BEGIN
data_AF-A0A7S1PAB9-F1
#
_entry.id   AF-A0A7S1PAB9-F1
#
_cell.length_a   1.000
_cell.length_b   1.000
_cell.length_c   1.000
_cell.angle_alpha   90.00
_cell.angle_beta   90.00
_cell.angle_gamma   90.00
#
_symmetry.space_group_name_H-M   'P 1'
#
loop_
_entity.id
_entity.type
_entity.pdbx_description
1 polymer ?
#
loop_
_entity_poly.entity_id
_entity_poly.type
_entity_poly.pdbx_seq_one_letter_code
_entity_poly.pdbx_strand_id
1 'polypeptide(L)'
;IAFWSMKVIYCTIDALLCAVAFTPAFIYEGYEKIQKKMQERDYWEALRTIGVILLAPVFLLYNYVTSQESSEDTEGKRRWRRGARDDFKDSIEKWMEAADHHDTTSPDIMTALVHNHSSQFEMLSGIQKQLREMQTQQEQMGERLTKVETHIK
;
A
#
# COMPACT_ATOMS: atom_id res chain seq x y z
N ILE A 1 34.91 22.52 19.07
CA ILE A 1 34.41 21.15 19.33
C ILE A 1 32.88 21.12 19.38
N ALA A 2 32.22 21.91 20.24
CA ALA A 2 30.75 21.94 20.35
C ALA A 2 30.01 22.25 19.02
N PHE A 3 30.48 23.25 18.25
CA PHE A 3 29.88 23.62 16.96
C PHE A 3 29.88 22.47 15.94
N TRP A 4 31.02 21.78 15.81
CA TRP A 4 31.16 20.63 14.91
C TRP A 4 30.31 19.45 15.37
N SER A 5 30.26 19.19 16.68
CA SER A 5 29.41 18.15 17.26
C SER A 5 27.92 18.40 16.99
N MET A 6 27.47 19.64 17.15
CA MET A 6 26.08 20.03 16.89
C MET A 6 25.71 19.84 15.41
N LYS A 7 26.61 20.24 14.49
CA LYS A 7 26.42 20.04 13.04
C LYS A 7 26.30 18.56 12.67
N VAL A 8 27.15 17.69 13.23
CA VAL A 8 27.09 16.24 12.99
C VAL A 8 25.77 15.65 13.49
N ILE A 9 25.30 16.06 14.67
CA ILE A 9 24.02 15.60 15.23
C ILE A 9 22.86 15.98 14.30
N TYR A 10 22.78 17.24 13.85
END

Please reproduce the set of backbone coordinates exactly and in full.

data_AF-A0A7S1PAB9-F1
#
_entry.id   AF-A0A7S1PAB9-F1
#
_cell.length_a   1.000
_cell.length_b   1.000
_cell.length_c   1.000
_cell.angle_alpha   90.00
_cell.angle_beta   90.00
_cell.angle_gamma   90.00
#
_symmetry.space_group_name_H-M   'P 1'
#
loop_
_entity.id
_entity.type
_entity.pdbx_description
1 polymer ?
#
loop_
_entity_poly.entity_id
_entity_poly.type
_entity_poly.pdbx_seq_one_letter_code
_entity_poly.pdbx_strand_id
1 'polypeptide(L)'
;IAFWSMKVIYCTIDALLCAVAFTPAFIYEGYEKIQKKMQERDYWEALRTIGVILLAPVFLLYNYVTSQESSEDTEGKRRWRRGARDDFKDSIEKWMEAADHHDTTSPDIMTALVHNHSSQFEMLSGIQKQLREMQTQQEQMGERLTKVETHIK
;
A
#
# COMPACT_ATOMS: atom_id res chain seq x y z
N ILE A 1 34.91 22.52 19.07
CA ILE A 1 34.41 21.15 19.33
C ILE A 1 32.88 21.12 19.38
N ALA A 2 32.22 21.91 20.24
CA ALA A 2 30.75 21.94 20.35
C ALA A 2 30.01 22.25 19.02
N PHE A 3 30.48 23.25 18.25
CA PHE A 3 29.88 23.62 16.96
C PHE A 3 29.88 22.47 15.94
N TRP A 4 31.02 21.78 15.81
CA TRP A 4 31.16 20.63 14.91
C TRP A 4 30.31 19.45 15.37
N SER A 5 30.26 19.19 16.68
CA SER A 5 29.41 18.15 17.26
C SER A 5 27.92 18.40 16.99
N MET A 6 27.47 19.64 17.15
CA MET A 6 26.08 20.03 16.89
C MET A 6 25.71 19.84 15.41
N LYS A 7 26.61 20.24 14.49
CA LYS A 7 26.42 20.04 13.04
C LYS A 7 26.30 18.56 12.67
N VAL A 8 27.15 17.69 13.23
CA VAL A 8 27.09 16.24 12.99
C VAL A 8 25.77 15.65 13.49
N ILE A 9 25.30 16.06 14.67
CA ILE A 9 24.02 15.60 15.23
C ILE A 9 22.86 15.98 14.30
N TYR A 10 22.78 17.24 13.85